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Local News

  • 'Mentally ill' individual puts two Oldham County schools into lockdown

    Two Oldham County High Schools were put on lockdown Thursday after Oldham County Police became aware of a situation involving a former student and current OCS student, police and school officials said. 

    Oldham County High School and North Oldham High School were put in seperate lockdowns Thursday morning. OCHS was put into lockdown first at 9:30 a.m., while NOHS went into lockdown at 10:30 a.m., Oldham County Schools Communications Director Tracy Harris said. Both schools were released from lockdown at 11 a.m., she said.

  • Proposed Walmart in Crestwood before Planning Commission

    A proposal to build a new Walmart in Crestwood is set to go over its first legislative hurdle next week.

    On Tuesday at 9 a.m., the Oldham County Planning and Zoning Commission will hold a public hearing and vote on two items related to the proposed new location on Veterans Memorial Parkway/Ky. 329 Bypass.

    The planning commission will decide whether to re-zone the area Walmart is proposing to build on from C-2 and C-3 to C-4, highway service. It will also decide whether to approve the development plan for the new store.

  • Marker sought for black cementery

     

    A walk down Third Street in La Grange will bring you to a plot of land rich with history.

    The La Grange Historic African-American Cemetery is the final resting place for 115 people, according to the cemetery’s plot chart. Notable people dating back to the days of slavery are buried in the land where Third and Fourth Streets meet.

    With February being Black History month, the Oldham County Historical Society is applying for a historical marker that will be placed outside the gates of the cemetery next February if approved.

  • Nay remembered as Oldham County icon

     

    Wallace “Wally” Nay was an avid gardener, lover of ice cream, driving enthusiast and all-around good guy according to his friends. Known as “Sugar” to his wife, Nay was a father, husband and Oldham County icon.

    Nay passed away on Feb. 7 at the age of 79, surrounded by family at his home in La Grange. He was laid to rest in the Valley of Rest Cemetery.

    Nay was probably best known for his civic service to Oldham County and the city of La Grange, according to longtime friend Jean Knight.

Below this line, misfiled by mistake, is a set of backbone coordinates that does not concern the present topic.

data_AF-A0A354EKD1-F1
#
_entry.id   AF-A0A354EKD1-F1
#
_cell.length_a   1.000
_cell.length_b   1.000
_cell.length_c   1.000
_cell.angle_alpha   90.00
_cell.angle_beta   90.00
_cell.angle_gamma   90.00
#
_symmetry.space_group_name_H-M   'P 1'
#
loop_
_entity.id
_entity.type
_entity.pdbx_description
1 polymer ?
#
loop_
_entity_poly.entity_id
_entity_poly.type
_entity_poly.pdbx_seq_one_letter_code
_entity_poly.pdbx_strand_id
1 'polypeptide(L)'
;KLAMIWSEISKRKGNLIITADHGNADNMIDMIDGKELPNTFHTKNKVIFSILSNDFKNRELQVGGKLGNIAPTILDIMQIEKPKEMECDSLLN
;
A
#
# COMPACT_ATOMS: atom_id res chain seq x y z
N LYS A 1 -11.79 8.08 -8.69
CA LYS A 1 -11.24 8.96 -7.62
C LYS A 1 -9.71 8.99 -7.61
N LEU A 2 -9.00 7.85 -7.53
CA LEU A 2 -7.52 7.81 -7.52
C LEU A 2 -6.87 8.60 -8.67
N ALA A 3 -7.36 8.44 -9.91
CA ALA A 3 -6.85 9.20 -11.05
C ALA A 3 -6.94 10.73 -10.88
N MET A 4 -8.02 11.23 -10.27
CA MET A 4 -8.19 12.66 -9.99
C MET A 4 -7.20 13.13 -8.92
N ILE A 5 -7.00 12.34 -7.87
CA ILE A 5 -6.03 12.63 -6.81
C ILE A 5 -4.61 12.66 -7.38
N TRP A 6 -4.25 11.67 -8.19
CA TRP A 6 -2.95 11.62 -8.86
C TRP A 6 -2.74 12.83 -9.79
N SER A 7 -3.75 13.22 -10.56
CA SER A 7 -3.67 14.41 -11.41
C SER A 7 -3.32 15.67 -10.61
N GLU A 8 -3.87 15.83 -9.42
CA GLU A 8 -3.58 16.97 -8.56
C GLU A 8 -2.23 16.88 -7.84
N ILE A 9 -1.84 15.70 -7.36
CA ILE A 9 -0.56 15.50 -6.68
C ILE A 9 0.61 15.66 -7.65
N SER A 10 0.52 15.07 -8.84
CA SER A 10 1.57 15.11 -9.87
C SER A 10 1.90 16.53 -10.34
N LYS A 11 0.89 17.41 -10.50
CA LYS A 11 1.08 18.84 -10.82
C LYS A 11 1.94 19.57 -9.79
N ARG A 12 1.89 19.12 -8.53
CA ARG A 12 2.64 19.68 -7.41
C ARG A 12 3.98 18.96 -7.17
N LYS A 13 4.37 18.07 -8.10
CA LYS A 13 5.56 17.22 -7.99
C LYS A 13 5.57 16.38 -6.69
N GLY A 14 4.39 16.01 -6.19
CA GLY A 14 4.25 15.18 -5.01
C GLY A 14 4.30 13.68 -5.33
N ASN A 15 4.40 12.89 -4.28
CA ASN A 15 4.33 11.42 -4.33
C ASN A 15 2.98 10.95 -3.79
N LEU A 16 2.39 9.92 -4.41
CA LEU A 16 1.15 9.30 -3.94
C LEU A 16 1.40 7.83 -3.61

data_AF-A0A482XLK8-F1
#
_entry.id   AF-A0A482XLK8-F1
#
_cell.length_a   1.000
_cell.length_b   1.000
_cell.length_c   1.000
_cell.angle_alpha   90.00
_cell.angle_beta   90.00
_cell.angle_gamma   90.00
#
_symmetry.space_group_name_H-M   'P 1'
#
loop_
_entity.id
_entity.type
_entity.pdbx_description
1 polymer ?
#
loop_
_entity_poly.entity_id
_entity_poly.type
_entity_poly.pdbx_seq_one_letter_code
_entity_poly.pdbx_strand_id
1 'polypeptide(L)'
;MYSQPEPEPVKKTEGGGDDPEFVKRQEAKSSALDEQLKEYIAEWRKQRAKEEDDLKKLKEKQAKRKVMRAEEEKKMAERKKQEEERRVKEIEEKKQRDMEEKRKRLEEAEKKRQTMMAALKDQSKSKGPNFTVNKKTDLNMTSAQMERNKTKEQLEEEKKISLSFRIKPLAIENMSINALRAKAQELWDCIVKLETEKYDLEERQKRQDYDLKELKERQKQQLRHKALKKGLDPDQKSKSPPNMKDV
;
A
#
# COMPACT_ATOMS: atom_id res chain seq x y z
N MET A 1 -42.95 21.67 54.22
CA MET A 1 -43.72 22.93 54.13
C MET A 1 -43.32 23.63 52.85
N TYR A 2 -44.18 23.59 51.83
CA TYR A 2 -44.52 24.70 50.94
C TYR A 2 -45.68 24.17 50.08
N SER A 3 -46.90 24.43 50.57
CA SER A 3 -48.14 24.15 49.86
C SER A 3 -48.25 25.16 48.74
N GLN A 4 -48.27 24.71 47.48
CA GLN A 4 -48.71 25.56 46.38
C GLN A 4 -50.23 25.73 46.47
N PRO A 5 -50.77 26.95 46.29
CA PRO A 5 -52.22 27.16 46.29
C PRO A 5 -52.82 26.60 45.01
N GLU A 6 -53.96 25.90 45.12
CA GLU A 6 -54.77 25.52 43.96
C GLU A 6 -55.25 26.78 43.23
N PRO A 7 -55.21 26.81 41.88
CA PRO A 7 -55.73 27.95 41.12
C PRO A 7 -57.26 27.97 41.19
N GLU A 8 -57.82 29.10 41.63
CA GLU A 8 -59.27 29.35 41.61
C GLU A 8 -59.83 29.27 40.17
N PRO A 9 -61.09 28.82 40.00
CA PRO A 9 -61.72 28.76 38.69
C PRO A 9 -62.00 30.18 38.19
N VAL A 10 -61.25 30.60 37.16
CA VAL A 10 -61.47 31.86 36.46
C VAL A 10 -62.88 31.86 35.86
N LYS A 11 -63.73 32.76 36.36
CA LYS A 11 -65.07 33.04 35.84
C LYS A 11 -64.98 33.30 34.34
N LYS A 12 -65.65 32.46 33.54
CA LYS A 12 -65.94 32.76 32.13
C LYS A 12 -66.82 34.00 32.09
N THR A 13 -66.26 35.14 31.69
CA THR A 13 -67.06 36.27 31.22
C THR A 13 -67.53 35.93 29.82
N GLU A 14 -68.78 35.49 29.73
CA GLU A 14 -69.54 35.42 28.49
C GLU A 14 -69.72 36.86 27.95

• A taste of community
  • Event set to discuss heroin effects in the community

    A coalition made up of school, criminal justice and health professionals is hosting a forum to increase awareness of heroin in Oldham and surrounding counties.

    Heroin Hits Home: Our Community’s Response will take place on Thursday, March 6 at 6 p.m. in the North Oldham High School Auditorium.

    Presented by the Coalition for a Healthy Oldham County, the community event will feature a panel including an addiction specialist, law enforcement, District Judge Jerry Crosby and others. Court of Appeals Judge Allison Jones will moderate the panel.

  • The bear necessities

    St. Francis School would like to congratulate the cast and crew of 2014, 4th grade production of “The Jungle Book” by Rudyard Kipling.

  • History brought to life

    Norb Rawert of The Sons of the American Revolution was invited to Camden Station Elementary School in Crestwood on Feb. 12. The presentation to Ms. Rene Larkin’s 5th grade class was a discussion of the Revolutionary War (1776-1783).

  • Grimes campaigns in Henry County, promoting women and farmers

    By Brad bowman

    LANDMARK NEWS SERVICE

    Secretary of State Alison Lundergan Grimes came to Henry County Monday and told local officials, farmers and attendees she will make prosperity her priority for women and Kentucky farmers.

    Accompanied by U.S. Senator Debbie Stabenow (D-Michigan), the first female senator in Michigan, Grimes spoke with a bit of wit and grit about her vision if elected as Kentucky’s first female senator, and her opponent U.S. Senator Mitch McConnell.

  • Band director seeks used instruments

    A local middle school band director is asking the community to help another band in need.

    Robert Parker, band director at South Oldham Middle School, is collecting band instruments to send to a new program in Fulton County, in far western Kentucky.

    Parker is following up on a plea by Stephanie Mora, the teacher tasked with restarting a band program that was terminated due to budget cuts roughly seven years ago.